Nearly a quarter of all workers in the United States are currently in a job that requires an occupational license. As the prevalence of occupational licensing has grown, so have claims that its overuse is causing increased consumer costs and impairing labor mobility and economic freedom. To address these concerns, many policymakers and academics argue that licensing restrictions should be more closely tailored to the goal of protecting the public from harm and that, to guard against capture, practitioners should not regulate their own licensing. Federal courts, in turn, have drawn on this vision of the proper role of occupational ...


Hb 701 - Public Officers And Employees, Michael C. Freeman Jr., Monica Laredo Ruiz 2018 Georgia State University College of Law

Hb 701 - Public Officers And Employees, Michael C. Freeman Jr., Monica Laredo Ruiz

Georgia State University Law Review

The Act amends Georgia’s statute to give state employers the authority to drug test certain applicants to various public positions. The Act adds opioids, opioid analgesics, and opioid derivatives to the list of drugs for which state employers may screen.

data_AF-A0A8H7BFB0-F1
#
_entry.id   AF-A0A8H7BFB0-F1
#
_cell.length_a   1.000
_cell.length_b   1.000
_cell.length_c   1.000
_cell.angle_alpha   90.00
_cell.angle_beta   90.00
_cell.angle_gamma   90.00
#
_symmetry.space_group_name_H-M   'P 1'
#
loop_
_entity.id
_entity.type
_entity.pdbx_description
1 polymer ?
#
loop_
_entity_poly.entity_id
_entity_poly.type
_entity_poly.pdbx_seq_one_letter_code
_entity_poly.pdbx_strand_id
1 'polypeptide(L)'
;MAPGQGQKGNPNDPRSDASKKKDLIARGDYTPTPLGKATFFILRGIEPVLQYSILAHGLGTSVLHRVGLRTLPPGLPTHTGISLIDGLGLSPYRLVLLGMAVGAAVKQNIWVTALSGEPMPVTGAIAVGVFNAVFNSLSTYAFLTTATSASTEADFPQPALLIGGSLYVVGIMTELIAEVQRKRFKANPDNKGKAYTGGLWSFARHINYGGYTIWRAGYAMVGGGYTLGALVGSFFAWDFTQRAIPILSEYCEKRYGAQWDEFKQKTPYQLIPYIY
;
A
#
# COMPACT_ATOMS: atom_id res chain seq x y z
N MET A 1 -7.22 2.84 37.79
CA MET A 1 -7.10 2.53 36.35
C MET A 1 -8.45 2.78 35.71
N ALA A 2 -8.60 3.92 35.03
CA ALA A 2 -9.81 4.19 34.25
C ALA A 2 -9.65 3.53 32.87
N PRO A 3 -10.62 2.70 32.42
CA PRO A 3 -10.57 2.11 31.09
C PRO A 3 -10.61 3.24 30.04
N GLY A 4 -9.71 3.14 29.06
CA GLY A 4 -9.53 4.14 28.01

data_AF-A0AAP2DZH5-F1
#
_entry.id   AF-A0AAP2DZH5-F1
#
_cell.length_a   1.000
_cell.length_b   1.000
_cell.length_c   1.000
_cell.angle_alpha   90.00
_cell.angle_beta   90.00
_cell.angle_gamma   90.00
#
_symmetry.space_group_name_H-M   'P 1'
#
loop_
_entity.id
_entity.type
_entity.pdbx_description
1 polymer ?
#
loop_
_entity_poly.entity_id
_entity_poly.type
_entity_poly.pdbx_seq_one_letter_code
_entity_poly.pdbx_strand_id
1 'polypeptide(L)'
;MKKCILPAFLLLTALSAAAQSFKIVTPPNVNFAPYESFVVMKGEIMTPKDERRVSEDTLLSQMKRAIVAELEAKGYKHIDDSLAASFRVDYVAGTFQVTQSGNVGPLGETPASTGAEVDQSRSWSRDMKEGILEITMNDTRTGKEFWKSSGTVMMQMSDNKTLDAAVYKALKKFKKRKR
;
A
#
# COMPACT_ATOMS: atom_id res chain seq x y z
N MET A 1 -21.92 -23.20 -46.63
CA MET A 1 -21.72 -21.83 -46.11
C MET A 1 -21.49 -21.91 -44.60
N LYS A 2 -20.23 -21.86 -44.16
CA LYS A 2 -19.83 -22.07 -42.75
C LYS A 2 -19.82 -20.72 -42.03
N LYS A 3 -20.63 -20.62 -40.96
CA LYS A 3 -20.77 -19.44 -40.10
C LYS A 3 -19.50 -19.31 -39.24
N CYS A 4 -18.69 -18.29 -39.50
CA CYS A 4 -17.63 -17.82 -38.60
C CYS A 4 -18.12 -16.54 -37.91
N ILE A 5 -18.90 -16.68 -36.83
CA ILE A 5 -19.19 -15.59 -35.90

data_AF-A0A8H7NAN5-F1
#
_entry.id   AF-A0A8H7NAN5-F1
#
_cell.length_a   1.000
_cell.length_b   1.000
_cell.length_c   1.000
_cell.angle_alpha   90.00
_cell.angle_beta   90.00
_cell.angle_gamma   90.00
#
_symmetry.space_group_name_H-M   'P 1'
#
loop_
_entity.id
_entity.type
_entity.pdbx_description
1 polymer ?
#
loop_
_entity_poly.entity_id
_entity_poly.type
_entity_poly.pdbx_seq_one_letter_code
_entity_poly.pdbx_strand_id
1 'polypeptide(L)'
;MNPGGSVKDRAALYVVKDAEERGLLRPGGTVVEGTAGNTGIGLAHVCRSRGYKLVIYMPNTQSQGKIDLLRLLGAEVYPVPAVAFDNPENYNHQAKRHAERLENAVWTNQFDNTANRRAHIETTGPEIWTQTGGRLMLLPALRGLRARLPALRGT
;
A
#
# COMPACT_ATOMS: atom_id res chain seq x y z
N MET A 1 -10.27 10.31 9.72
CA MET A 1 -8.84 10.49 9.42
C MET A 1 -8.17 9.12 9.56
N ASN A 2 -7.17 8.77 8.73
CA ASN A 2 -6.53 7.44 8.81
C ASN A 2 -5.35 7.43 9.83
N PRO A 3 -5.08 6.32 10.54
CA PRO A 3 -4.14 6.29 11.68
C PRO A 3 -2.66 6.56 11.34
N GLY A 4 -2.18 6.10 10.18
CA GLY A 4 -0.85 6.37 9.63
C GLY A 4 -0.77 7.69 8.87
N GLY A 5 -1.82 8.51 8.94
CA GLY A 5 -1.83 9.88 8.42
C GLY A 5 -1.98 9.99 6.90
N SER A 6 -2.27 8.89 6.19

#Metoo & Tax, Margaret Ryznar 2018 Indiana University McKinney School of Law

#Metoo & Tax, Margaret Ryznar

Washington and Lee Law Review Online

Recently, legislative efforts have taken aim at sexual harassment in the workplace. Among these may be a surprising but effective approach—disallowing tax deductions for sexual harassment settlements subject to non-disclosure agreements. This Essay analyzes such a 2017 tax reform provision.


Ilo Convention 185 On Seafarers' Identity Document Thirteen Years After Entering Into Force: Analysing Implementation Challenges And Future Outlook, Vera Njeng Ntungwe 2018 World Maritime University

Ilo Convention 185 On Seafarers' Identity Document Thirteen Years After Entering Into Force: Analysing Implementation Challenges And Future Outlook, Vera Njeng Ntungwe

World Maritime University Dissertations

No abstract provided.


Discriminatory Job Knowledge Tests, Police Promotions, And What Title Vii Can Learn From Tort Law, Mark S. Brodin 2018 Boston College Law School

Discriminatory Job Knowledge Tests, Police Promotions, And What Title Vii Can Learn From Tort Law, Mark S. Brodin

Boston College Law Review